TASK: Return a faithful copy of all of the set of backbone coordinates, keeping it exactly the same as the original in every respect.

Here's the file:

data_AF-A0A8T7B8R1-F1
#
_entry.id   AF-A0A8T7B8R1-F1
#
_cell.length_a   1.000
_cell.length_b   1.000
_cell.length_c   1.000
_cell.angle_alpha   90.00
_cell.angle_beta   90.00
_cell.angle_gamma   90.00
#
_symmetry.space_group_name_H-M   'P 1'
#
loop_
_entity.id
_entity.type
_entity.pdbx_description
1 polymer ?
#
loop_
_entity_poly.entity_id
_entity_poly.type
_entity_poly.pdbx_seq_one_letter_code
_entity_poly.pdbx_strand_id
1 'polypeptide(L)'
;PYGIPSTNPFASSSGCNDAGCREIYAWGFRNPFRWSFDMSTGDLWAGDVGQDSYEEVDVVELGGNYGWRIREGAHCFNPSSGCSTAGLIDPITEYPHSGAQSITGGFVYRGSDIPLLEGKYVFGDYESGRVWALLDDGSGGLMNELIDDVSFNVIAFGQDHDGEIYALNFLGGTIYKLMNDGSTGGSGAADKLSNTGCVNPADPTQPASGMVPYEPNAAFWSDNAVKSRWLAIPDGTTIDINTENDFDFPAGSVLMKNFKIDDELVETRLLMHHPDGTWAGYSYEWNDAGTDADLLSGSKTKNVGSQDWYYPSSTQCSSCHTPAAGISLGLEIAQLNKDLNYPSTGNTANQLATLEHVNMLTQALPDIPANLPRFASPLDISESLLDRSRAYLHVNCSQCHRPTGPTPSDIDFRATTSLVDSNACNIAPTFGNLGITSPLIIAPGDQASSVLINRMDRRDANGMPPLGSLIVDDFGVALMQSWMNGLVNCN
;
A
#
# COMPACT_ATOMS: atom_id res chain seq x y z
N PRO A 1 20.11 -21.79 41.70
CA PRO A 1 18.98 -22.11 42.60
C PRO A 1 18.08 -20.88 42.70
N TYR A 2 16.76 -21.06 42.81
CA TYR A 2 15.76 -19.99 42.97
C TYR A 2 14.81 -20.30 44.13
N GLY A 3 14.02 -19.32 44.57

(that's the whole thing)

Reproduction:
data_AF-A0A8T7B8R1-F1
#
_entry.id   AF-A0A8T7B8R1-F1
#
_cell.length_a   1.000
_cell.length_b   1.000
_cell.length_c   1.000
_cell.angle_alpha   90.00
_cell.angle_beta   90.00
_cell.angle_gamma   90.00
#
_symmetry.space_group_name_H-M   'P 1'
#
loop_
_entity.id
_entity.type
_entity.pdbx_description
1 polymer ?
#
loop_
_entity_poly.entity_id
_entity_poly.type
_entity_poly.pdbx_seq_one_letter_code
_entity_poly.pdbx_strand_id
1 'polypeptide(L)'
;PYGIPSTNPFASSSGCNDAGCREIYAWGFRNPFRWSFDMSTGDLWAGDVGQDSYEEVDVVELGGNYGWRIREGAHCFNPSSGCSTAGLIDPITEYPHSGAQSITGGFVYRGSDIPLLEGKYVFGDYESGRVWALLDDGSGGLMNELIDDVSFNVIAFGQDHDGEIYALNFLGGTIYKLMNDGSTGGSGAADKLSNTGCVNPADPTQPASGMVPYEPNAAFWSDNAVKSRWLAIPDGTTIDINTENDFDFPAGSVLMKNFKIDDELVETRLLMHHPDGTWAGYSYEWNDAGTDADLLSGSKTKNVGSQDWYYPSSTQCSSCHTPAAGISLGLEIAQLNKDLNYPSTGNTANQLATLEHVNMLTQALPDIPANLPRFASPLDISESLLDRSRAYLHVNCSQCHRPTGPTPSDIDFRATTSLVDSNACNIAPTFGNLGITSPLIIAPGDQASSVLINRMDRRDANGMPPLGSLIVDDFGVALMQSWMNGLVNCN
;
A
#
# COMPACT_ATOMS: atom_id res chain seq x y z
N PRO A 1 20.11 -21.79 41.70
CA PRO A 1 18.98 -22.11 42.60
C PRO A 1 18.08 -20.88 42.70
N TYR A 2 16.76 -21.06 42.81
CA TYR A 2 15.76 -19.99 42.97
C TYR A 2 14.81 -20.30 44.13
N GLY A 3 14.02 -19.32 44.57